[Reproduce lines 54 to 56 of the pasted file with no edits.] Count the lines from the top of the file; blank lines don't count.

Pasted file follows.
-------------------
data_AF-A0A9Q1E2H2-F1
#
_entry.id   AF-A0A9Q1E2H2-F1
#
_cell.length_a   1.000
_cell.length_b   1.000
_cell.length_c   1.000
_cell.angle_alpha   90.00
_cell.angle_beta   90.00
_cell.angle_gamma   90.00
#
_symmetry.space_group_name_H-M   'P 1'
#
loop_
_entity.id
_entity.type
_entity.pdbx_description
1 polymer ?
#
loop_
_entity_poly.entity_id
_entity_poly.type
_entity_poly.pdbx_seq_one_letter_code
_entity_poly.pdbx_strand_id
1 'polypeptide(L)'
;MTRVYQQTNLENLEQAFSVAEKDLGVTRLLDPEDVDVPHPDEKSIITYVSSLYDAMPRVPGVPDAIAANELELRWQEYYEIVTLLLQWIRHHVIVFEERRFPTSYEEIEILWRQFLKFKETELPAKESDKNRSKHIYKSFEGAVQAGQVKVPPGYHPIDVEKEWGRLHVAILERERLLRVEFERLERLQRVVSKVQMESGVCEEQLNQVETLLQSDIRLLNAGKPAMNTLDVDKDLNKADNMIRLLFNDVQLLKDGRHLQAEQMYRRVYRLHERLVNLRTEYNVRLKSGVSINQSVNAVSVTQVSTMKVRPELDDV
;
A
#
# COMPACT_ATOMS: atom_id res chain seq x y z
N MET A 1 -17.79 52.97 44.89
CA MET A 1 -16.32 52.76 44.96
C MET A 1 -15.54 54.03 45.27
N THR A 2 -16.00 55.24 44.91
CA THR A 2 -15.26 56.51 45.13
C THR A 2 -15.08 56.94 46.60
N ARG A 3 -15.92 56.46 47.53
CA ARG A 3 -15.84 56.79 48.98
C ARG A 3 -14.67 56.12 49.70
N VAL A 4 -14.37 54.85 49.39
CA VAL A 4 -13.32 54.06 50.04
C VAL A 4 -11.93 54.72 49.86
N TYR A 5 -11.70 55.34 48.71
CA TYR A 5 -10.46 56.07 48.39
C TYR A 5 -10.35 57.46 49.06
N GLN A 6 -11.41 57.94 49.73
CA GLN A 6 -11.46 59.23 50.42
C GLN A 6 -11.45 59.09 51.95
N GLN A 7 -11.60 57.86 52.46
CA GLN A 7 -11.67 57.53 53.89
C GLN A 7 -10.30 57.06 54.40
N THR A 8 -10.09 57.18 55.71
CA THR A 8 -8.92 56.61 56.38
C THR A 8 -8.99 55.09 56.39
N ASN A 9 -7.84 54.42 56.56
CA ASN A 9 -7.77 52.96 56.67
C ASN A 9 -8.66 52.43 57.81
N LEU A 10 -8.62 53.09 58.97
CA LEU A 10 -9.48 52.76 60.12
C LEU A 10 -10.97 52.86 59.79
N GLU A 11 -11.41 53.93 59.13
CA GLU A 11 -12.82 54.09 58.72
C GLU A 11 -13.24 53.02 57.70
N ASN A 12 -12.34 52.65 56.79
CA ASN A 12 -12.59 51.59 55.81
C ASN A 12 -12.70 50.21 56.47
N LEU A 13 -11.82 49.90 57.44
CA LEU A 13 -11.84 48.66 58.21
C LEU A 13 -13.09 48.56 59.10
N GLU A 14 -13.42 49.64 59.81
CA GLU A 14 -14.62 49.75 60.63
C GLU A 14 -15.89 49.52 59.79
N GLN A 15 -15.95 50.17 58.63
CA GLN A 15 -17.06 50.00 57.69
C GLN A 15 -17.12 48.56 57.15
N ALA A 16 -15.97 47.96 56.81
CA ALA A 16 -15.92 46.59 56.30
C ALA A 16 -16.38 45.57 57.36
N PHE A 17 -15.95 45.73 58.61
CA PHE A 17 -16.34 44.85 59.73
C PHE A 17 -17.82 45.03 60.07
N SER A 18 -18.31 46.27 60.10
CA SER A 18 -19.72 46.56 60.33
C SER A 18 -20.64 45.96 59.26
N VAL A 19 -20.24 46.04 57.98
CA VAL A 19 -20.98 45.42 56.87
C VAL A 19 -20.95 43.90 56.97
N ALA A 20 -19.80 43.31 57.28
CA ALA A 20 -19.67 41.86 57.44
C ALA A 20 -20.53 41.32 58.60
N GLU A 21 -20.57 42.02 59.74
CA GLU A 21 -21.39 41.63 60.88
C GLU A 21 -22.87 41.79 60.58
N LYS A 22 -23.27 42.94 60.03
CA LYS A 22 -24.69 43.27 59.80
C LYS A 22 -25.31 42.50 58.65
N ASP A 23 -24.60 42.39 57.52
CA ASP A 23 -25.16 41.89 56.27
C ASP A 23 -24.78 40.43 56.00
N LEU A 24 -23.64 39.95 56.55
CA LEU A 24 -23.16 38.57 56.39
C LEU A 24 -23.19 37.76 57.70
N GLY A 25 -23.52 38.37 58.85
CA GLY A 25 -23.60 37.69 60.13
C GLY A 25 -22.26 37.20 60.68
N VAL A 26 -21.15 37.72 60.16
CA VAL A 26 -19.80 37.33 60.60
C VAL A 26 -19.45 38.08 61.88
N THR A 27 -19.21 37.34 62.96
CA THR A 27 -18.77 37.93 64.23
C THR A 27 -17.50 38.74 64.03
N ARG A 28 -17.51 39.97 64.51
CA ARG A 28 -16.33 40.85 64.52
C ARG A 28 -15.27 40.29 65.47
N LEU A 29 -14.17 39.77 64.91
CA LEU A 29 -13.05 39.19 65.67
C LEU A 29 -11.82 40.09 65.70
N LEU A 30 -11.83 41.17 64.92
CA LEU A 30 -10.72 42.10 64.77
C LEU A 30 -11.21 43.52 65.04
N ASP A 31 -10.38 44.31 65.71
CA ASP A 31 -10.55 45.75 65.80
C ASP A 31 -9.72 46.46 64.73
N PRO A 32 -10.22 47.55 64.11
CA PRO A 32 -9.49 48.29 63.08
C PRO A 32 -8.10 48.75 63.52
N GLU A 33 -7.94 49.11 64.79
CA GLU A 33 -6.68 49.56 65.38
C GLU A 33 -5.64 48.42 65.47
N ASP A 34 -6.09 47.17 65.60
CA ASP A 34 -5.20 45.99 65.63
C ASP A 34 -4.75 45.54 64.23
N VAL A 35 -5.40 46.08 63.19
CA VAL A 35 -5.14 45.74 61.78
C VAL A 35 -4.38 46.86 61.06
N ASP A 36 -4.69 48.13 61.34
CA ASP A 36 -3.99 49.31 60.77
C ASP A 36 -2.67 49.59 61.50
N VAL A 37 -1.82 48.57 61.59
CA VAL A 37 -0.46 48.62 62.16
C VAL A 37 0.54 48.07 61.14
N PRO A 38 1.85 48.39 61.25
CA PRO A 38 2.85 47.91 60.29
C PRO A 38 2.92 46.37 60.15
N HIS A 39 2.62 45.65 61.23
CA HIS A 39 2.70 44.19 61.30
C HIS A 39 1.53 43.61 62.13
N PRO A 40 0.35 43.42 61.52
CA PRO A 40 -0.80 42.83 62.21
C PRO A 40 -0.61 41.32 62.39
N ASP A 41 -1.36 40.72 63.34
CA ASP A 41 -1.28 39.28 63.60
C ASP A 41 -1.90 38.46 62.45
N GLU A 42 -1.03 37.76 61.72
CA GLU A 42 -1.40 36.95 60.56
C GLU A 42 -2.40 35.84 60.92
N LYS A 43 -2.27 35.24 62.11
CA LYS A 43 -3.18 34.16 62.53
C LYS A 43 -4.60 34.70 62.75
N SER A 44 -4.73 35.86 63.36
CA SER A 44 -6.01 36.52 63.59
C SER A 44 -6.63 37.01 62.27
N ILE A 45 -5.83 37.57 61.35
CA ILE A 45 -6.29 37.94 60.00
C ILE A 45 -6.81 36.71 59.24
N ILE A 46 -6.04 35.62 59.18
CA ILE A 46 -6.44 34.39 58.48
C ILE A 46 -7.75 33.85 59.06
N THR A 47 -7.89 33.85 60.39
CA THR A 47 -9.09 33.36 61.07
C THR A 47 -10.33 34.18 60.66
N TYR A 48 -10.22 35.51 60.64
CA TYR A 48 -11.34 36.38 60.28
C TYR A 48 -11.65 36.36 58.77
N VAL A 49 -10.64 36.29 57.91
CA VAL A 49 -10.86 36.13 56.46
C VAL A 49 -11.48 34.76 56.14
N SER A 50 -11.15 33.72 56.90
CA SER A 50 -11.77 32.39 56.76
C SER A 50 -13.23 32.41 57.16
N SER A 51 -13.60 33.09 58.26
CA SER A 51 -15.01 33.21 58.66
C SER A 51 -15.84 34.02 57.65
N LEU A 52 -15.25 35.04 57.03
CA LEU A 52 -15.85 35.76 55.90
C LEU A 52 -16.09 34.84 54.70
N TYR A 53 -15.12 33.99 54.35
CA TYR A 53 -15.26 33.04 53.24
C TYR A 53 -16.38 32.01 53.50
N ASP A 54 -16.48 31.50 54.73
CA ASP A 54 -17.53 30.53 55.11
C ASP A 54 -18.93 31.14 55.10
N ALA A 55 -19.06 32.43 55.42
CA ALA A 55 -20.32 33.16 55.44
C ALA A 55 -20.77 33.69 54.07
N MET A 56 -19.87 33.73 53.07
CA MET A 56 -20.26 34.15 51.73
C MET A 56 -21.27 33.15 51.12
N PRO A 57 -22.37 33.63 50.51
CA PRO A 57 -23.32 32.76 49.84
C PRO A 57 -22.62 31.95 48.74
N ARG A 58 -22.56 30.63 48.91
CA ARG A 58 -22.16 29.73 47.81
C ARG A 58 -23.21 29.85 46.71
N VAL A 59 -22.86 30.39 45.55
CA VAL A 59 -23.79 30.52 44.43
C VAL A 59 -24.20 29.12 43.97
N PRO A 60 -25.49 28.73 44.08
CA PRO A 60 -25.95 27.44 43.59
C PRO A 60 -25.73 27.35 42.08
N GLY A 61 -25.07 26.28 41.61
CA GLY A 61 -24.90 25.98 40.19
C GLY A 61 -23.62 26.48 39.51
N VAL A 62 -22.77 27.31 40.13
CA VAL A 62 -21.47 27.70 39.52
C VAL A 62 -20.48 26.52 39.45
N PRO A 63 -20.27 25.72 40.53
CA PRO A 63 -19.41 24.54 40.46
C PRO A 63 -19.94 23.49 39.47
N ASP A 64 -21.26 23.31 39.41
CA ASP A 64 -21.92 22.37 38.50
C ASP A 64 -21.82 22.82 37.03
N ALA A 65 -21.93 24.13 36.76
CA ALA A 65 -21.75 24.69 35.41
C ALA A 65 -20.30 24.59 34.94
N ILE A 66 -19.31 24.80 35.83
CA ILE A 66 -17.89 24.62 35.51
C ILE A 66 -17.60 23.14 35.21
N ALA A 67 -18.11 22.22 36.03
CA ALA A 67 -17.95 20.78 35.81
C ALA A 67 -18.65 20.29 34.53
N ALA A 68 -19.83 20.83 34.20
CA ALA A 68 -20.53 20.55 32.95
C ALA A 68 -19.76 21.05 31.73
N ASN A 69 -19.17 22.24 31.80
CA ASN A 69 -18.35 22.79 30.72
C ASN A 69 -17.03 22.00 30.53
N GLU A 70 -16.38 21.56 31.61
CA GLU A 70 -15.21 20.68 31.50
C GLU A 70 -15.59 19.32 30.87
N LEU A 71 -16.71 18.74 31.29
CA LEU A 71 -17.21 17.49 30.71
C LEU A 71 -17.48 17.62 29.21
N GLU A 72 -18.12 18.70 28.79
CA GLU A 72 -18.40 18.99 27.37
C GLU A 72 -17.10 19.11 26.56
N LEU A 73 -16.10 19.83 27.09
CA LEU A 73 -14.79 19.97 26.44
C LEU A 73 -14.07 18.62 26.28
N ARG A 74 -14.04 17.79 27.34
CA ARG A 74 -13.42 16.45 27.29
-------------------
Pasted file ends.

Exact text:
C THR A 8 -8.99 55.09 56.39
N ASN A 9 -7.84 54.42 56.56
CA ASN A 9 -7.77 52.96 56.67